visit the ship of the Ancient Mariner
16th May, 2016 - 17th May, 2016
16 Fai, 2016 - 17 Fai, 2016
Starts | Dechrau: 10:00am
Ends | Diwedd: 11:30am
Exhibition / Display
Arddangosfa / Arddangos
Cardiff Bay, CF10 5AL
The Ship of the Ancient Mariner
by Parry & Glynn
Four times fifty living men
(And I heard nor sigh nor groan)
With heavy thump, a lifeless lump,
They dropped down one by one.
Rime of the Ancient Mariner. S. T. Coleridge
Two hundred men die on a ship because the Ancient Mariner killed the albatross. Coleridge’s adventure tale is one of the greatest poems in the English language.
The mariner shoots the seabird. The spirits of the South Pole blow the ship to the equator where everybody perishes in burning heat, except the Mariner.
He remains in living death until he is given the capacity to be a blessing to the sea creatures.
The crew rise up, as zombies, and sail the mariner back to the Bristol Channel to deliver his story.
- - -
What are our capacities for unthinking destruction? How do we recognise and talk about them? What do we do individually and corporately that destroys the natural world and our relationship to it? What does it mean to have the human capacity to be a blessing to the natural world and to each other. How do we host the natural world. How do we host each other? How do we allow ourselves to be hosted by the planet? What does the word ‘host’ mean?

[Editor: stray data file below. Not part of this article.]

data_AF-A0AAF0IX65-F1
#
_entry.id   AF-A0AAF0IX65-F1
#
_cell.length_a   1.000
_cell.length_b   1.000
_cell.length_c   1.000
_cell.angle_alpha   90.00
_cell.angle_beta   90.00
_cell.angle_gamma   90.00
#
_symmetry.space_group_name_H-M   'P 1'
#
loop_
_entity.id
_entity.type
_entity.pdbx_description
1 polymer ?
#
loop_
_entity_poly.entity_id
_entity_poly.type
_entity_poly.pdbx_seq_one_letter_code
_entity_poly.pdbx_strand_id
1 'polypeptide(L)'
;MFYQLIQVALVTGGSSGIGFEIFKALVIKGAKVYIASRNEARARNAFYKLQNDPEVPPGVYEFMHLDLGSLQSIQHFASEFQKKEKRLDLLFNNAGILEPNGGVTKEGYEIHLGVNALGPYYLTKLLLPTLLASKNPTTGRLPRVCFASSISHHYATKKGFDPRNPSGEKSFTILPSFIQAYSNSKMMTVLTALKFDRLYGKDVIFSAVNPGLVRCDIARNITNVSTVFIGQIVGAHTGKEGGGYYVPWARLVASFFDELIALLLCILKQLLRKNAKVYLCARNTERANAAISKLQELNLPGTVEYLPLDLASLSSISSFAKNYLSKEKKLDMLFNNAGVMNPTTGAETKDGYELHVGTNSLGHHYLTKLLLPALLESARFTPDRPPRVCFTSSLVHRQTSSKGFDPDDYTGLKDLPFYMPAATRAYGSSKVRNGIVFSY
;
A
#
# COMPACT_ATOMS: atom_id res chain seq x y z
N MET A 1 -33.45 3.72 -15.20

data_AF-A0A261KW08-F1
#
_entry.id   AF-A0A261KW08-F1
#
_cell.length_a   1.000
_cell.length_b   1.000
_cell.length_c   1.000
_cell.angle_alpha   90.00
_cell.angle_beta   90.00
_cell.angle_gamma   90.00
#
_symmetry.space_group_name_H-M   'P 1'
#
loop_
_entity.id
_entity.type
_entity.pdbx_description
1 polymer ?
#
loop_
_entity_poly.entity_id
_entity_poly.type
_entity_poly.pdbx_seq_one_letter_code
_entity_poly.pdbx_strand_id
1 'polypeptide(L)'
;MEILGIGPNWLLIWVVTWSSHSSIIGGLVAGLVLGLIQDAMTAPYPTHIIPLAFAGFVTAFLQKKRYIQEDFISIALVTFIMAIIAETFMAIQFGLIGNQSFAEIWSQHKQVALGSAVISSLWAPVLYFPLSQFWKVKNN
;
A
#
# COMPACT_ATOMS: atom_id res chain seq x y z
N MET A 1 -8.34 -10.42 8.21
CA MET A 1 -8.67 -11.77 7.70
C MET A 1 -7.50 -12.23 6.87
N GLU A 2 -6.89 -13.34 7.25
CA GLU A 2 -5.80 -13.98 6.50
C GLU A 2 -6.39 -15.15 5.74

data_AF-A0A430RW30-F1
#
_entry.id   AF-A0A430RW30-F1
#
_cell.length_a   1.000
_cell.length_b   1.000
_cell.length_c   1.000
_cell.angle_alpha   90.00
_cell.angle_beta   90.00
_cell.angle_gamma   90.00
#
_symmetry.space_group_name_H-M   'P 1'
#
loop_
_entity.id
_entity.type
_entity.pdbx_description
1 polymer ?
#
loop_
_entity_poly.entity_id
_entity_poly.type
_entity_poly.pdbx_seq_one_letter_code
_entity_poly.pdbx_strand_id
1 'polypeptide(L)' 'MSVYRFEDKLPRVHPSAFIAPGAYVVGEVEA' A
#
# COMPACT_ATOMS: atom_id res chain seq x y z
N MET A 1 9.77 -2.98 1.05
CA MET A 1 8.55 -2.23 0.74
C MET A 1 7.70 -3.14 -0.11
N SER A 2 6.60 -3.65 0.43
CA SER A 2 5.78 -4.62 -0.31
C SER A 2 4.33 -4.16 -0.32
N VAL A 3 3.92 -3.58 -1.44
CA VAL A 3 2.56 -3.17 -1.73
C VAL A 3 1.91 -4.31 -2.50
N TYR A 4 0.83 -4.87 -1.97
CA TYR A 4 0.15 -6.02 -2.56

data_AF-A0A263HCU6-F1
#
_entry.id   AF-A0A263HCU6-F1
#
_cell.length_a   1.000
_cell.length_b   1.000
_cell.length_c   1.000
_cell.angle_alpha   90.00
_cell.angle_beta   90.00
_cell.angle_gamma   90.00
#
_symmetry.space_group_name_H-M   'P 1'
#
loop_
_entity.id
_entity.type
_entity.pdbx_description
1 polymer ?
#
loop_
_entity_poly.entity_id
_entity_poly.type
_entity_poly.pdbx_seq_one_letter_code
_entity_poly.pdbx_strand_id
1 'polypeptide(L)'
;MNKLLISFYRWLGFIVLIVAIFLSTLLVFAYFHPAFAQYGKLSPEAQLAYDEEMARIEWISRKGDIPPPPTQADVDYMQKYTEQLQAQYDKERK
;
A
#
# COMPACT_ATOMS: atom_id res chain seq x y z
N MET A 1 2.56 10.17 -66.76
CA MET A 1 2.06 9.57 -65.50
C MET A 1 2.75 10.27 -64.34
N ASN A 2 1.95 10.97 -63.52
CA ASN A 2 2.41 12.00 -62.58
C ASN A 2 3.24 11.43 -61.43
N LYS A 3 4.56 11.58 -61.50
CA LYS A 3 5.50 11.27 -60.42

Where are the people who wore these clothes lying on the deck of the ship amongst the seaweed? How many people will die as a result of global warming? What will be the impact Welsh Government ground breaking Future Generations legislation on sustainable development in Wales? Where are the institutions that understand both our destructive and creative capacities? How can we learn and migrate to new patterns of living and culture?
Coleridge gave a warning to 19th century Britain that it should include landscape and relationship at the heart of economic, scientific and cultural development. His genius on addressing these questions was lost in the 20th century. He has been forgotten.
Engravings by major artist David Jones are displayed this summer in Gallery 1 of the National Museum of Wales, Cardiff. David Jones saw the Ancient Mariner as a celtic mystery and magic adventure. He also lamented loss of understanding in the 20th century of how symbols operate in culture. The engravings, poem and essays are available in a book published by Enitharmon Press.
The ship of the Ancient Mariner has been prepared for the Coleridge in Wales festival by students from Cardiff Met University.